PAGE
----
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How to spend 48 hours in South Devon

Even if you only have a weekend or a couple of days to spend in South Devon, you can still experience plenty of its attractions, scenery and dining without wearing yourself out!


Day one

Start in Totnes with a cup of wood-roasted artisan coffee and a pastry from the Curator Café on the Plains to fuel the day ahead. After a wander around the eclectic mix of shops – 8 out of 10 of which are independent – board the UK’s only coal-fired paddle steamer, named the Kingswear Castle, from Steamer Quay.

A relaxing one and a half hour scenic cruise winds its way along the River Dart to reach Dartmouth, where you can disembark to explore the picturesque centre and waterfront. If you’re hungry, celebrity chef Mitch Tonks’ Rockfish is on hand with award-winning fish and chips to eat in or enjoy dangling your feet over the water.

You can either return via the historic paddlesteamer, or there are other regular riverboats or bus options. Back in Totnes, if you’re feeling energetic, cycle or walk along the Dart Valley Trail to Sharpham Vineyard & Cheese Dairy (a pleasant 35 mins by bike or 55-75 on foot) or drive the three miles by car.

The working estate produces world-class wines and cheeses which can be sampled in the shop or during a tour booked in advance. The alfresco Vineyard Café also does a great job of showcasing the produce. Round off your day with a sunset visit to spooky Berry Pomeroy Castle or a pint and bite to eat at the Royal Seven Stars Hotel.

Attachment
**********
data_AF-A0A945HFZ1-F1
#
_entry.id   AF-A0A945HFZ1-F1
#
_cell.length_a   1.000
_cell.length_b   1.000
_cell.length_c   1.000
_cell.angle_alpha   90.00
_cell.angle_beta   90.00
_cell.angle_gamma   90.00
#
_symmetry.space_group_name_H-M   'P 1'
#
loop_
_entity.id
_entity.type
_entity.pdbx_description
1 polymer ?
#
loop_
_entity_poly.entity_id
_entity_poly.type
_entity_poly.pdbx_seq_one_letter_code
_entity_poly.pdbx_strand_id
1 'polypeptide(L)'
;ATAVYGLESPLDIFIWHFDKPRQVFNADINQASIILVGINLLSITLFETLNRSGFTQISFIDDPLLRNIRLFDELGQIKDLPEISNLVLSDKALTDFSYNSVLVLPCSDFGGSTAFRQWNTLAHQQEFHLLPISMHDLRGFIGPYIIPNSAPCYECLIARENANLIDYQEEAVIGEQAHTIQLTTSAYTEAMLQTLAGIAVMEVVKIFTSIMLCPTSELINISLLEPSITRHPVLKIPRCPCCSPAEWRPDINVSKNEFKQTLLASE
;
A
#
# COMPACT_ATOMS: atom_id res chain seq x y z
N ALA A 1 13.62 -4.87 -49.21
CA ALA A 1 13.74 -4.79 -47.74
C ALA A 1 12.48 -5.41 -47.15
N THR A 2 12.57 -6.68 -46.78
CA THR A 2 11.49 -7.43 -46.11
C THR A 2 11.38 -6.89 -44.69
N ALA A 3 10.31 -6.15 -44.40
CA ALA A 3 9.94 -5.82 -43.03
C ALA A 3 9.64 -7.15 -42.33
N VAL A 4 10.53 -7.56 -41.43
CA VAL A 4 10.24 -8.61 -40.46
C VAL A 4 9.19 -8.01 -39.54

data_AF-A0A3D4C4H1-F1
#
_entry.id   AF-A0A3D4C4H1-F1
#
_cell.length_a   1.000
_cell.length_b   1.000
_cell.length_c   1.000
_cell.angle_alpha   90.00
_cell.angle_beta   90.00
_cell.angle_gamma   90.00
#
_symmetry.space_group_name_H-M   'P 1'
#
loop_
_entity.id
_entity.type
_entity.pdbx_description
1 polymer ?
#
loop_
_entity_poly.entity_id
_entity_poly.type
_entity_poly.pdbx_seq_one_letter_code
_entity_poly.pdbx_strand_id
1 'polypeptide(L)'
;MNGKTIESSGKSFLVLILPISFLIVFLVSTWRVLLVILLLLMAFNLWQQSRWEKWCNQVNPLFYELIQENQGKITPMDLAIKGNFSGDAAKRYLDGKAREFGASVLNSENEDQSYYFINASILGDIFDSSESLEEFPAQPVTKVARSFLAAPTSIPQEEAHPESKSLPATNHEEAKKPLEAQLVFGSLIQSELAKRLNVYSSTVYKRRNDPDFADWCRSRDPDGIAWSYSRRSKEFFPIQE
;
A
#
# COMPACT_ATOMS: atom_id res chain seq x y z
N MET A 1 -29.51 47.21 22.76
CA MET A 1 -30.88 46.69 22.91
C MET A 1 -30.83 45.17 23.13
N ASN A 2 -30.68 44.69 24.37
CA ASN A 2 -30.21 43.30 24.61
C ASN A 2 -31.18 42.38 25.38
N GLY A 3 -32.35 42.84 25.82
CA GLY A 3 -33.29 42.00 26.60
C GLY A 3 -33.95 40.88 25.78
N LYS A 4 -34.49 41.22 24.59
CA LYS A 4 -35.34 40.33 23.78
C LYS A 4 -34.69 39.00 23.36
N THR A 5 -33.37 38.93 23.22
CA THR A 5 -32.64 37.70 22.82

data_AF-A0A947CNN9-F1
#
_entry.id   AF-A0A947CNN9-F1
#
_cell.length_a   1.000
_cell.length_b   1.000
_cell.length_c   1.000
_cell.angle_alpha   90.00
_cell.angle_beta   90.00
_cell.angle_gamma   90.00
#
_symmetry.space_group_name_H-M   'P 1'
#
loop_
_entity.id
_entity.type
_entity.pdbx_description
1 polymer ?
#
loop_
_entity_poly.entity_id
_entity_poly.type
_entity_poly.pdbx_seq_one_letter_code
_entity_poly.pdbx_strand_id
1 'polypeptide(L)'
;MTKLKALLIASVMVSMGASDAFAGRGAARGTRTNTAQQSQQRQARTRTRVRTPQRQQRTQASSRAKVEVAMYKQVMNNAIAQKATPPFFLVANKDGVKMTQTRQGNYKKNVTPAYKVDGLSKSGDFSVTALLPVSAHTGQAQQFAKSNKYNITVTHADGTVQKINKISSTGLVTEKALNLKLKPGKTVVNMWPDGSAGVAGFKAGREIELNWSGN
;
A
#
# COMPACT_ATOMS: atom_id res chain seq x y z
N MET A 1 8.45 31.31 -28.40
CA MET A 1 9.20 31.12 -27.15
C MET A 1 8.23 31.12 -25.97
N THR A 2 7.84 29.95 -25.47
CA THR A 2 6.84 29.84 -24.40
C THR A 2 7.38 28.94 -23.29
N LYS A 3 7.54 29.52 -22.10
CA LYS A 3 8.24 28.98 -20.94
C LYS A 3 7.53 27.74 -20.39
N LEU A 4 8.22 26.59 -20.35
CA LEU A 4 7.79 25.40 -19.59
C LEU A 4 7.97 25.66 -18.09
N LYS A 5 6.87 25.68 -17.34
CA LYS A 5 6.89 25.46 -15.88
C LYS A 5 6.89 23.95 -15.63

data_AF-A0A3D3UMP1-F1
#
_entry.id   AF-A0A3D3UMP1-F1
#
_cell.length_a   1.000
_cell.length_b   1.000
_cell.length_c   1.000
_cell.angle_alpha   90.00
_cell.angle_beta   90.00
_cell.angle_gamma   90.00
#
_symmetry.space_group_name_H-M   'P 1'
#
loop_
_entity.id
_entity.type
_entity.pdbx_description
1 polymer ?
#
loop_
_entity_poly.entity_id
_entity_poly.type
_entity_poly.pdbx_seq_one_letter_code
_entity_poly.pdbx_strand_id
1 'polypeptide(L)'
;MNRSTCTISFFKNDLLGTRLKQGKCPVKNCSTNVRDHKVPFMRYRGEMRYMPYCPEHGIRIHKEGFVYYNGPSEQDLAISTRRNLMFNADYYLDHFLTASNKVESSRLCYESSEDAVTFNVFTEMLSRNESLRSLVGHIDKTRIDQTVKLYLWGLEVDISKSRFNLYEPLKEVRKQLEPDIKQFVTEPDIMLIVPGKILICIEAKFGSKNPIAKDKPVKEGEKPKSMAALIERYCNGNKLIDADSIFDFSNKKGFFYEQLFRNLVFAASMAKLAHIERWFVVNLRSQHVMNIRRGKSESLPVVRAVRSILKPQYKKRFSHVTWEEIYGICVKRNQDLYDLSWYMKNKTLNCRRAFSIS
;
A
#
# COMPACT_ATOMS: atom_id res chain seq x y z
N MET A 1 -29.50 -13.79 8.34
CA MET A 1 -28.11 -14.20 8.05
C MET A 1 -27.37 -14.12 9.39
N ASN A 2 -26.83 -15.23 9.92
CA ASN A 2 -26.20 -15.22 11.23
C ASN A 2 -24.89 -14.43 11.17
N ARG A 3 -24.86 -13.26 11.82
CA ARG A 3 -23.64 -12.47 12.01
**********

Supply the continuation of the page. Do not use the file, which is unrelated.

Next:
A relaxing one and a half hour scenic cruise winds its way along the River Dart to reach Dartmouth, where you can disembark to explore the picturesque centre and waterfront

Day two

It wouldn’t be right to come to South Devon without exploring some of its 60 miles of glorious coastline. This day would be easiest with a car but is also possible using public transport. Beginning in Teignmouth, grab a hearty breakfast at Oystercatchers Café before strolling out to the magnificent Victorian Grand Pier to enjoy views across the bay.

Over the bridge is the unspoilt village and foodie hotspot of Shaldon, where you can see endangered species of monkey and all kinds of creatures at Shaldon Zoo, including owls, tortoises, margays and meerkats. The A379 stretch of coastal road affords truly stunning views which can be admired from the Labrador Bay Nature Reserve – whose carpark is a perfect picnic spot.

Brixham Harbour

Brixham Harbour

From here there is the option of a shopping visit to the pretty St Marychurch or even a ride on the funicular Babbacombe Cliff Railway.

Dipping down into Torquay and Paignton you could indulge in some retail therapy or go for the proper bucket and spade seaside resort experience. Four miles down the road, wind down in the bustling fishing port of Brixham with a pint of local ale and fresh seafood at The Sprat and Mackerel or the dog-friendly Breakwater Bistro, famed for its chocolate fondue.

Read more about South Devon

Image credits: ©Djama/Johnmasonart/stock.adobe.com; therockfish.co.uk

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